The fourth edition of Health at a Glance: Europe presents key indicators of health and health systems in the 28 EU countries, 5 candidate countries to the EU and 3 EFTA countries. Alcohol consumption is one of the key determinants of health.
In the European area, alcohol-related risk-taking behaviour among children has fallen in many countries, with drunkenness rates for boys and girls showing a strong decline from the levels of the late 1990s on average levels of repeated drunkenness are at their lowest in 20 years, with one in four 15-yearolds having experienced repeated drunkenness. Since 1993-94, rates have gone down by more than 30% in Austria, Denmark, Finland, the United Kingdom, as well as the Slovak Republic and Sweden (boys). However, recent upward trends in Greece (girls) and Malta (bothgenders) are cause for concern.
More than one third of 15-year-olds report having experienced drunkenness at least twice in Bulgaria, Denmark, Hungary and Lithuania Much lower rates (between 14% and 19%) are reported in France, Ireland, Italy, Luxembourg, the Netherlands, Portugal and Sweden, as well as Albania, the FYR of Macedonia, Norway and Switzerland. Across the European Union as a whole, boys are more likely than girls to report repeated drunkenness (27% versus 24%). Croatia and Romania have the biggest differences, with rates of alcohol abuse among boys 16 and 18 percentage points higher than those of girls, respectively.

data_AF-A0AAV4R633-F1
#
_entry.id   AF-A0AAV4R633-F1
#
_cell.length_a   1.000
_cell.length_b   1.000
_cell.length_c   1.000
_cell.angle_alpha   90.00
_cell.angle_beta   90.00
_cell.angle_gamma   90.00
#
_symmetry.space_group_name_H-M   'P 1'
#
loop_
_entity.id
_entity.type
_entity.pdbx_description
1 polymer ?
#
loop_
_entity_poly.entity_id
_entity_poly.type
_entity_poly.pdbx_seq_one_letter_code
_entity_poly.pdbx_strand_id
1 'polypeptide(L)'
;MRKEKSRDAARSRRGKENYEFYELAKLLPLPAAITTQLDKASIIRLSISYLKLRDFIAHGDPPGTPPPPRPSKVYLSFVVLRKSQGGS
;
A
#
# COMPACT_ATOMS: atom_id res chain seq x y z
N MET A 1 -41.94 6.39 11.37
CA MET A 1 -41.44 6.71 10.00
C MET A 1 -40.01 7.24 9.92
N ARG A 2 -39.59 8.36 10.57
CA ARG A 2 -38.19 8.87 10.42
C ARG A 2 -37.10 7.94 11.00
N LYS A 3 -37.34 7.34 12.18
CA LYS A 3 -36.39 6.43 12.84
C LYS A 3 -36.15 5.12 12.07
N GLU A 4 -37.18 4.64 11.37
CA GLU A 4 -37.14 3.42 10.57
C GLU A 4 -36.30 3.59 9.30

In Malta, Sweden and the United Kingdom more girls than boys report repeated drunkenness (around 2-4 percentage points difference). In Ireland, Poland and Spain, as well as Iceland and Norway, there is no gender gap.
Across EU member states in 2014, Austria, Belgium, Bulgaria, Croatia and Lithuania reported the highest consumption of alcohol, with 12 litres or more per adult. Greece, Italy, Sweden, as well as Albania, Iceland, Norway and Turkey were at the other end of the scale with relatively low levels of consumption, below 8 litres of pure alcohol per adult. The rate for Turkey is below 2 litres.
Although average alcohol consumption has gradually fallen in many European countries over the past three decades, it has risen in some others since 2000, such as Belgium, Bulgaria, Latvia, Lithuania, Malta, Poland and Sweden. Drinking habits have converged across the European Union, with wine consumption increasing in many traditionally beerdrinking countries and vice versa.